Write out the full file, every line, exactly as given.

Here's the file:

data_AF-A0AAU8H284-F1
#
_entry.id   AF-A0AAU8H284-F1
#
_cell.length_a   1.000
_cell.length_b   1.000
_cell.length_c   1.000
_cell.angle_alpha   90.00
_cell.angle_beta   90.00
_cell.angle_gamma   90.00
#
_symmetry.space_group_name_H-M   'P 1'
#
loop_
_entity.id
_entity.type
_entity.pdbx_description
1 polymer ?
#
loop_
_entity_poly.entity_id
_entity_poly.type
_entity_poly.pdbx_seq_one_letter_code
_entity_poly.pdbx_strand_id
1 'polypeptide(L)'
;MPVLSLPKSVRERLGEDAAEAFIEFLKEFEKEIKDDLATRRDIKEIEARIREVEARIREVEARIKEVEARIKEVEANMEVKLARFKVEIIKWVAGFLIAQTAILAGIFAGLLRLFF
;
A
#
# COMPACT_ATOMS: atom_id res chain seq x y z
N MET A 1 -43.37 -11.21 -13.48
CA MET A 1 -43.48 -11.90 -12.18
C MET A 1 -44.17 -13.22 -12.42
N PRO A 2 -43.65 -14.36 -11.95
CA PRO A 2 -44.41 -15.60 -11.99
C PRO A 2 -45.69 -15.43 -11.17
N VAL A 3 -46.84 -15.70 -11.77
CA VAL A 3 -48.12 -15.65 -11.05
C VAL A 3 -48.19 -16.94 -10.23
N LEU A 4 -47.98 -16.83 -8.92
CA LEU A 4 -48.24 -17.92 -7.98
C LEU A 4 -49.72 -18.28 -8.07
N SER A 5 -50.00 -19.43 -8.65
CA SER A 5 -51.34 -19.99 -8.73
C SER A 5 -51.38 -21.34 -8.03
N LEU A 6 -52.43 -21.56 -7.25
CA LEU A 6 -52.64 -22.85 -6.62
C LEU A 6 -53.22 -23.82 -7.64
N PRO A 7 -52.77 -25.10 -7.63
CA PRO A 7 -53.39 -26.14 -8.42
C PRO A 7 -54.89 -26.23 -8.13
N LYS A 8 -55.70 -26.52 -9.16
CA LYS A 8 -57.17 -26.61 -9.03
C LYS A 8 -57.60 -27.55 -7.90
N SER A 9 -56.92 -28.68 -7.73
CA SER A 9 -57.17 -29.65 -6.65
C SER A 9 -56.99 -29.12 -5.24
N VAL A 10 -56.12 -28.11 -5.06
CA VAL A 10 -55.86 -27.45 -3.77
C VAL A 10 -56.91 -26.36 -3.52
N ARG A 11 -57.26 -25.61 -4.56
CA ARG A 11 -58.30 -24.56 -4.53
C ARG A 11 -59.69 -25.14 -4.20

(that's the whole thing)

data_AF-A0AAU8H284-F1
#
_entry.id   AF-A0AAU8H284-F1
#
_cell.length_a   1.000
_cell.length_b   1.000
_cell.length_c   1.000
_cell.angle_alpha   90.00
_cell.angle_beta   90.00
_cell.angle_gamma   90.00
#
_symmetry.space_group_name_H-M   'P 1'
#
loop_
_entity.id
_entity.type
_entity.pdbx_description
1 polymer ?
#
loop_
_entity_poly.entity_id
_entity_poly.type
_entity_poly.pdbx_seq_one_letter_code
_entity_poly.pdbx_strand_id
1 'polypeptide(L)'
;MPVLSLPKSVRERLGEDAAEAFIEFLKEFEKEIKDDLATRRDIKEIEARIREVEARIREVEARIKEVEARIKEVEANMEVKLARFKVEIIKWVAGFLIAQTAILAGIFAGLLRLFF
;
A
#
# COMPACT_ATOMS: atom_id res chain seq x y z
N MET A 1 -43.37 -11.21 -13.48
CA MET A 1 -43.48 -11.90 -12.18
C MET A 1 -44.17 -13.22 -12.42
N PRO A 2 -43.65 -14.36 -11.95
CA PRO A 2 -44.41 -15.60 -11.99
C PRO A 2 -45.69 -15.43 -11.17
N VAL A 3 -46.84 -15.70 -11.77
CA VAL A 3 -48.12 -15.65 -11.05
C VAL A 3 -48.19 -16.94 -10.23
N LEU A 4 -47.98 -16.83 -8.92
CA LEU A 4 -48.24 -17.92 -7.98
C LEU A 4 -49.72 -18.28 -8.07
N SER A 5 -50.00 -19.43 -8.65
CA SER A 5 -51.34 -19.99 -8.73
C SER A 5 -51.38 -21.34 -8.03
N LEU A 6 -52.43 -21.56 -7.25
CA LEU A 6 -52.64 -22.85 -6.62
C LEU A 6 -53.22 -23.82 -7.64
N PRO A 7 -52.77 -25.10 -7.63
CA PRO A 7 -53.39 -26.14 -8.42
C PRO A 7 -54.89 -26.23 -8.13
N LYS A 8 -55.70 -26.52 -9.16
CA LYS A 8 -57.17 -26.61 -9.03
C LYS A 8 -57.60 -27.55 -7.90
N SER A 9 -56.92 -28.68 -7.73
CA SER A 9 -57.17 -29.65 -6.65
C SER A 9 -56.99 -29.12 -5.24
N VAL A 10 -56.12 -28.11 -5.06
CA VAL A 10 -55.86 -27.45 -3.77
C VAL A 10 -56.91 -26.36 -3.52
N ARG A 11 -57.26 -25.61 -4.56
CA ARG A 11 -58.30 -24.56 -4.53
C ARG A 11 -59.69 -25.14 -4.20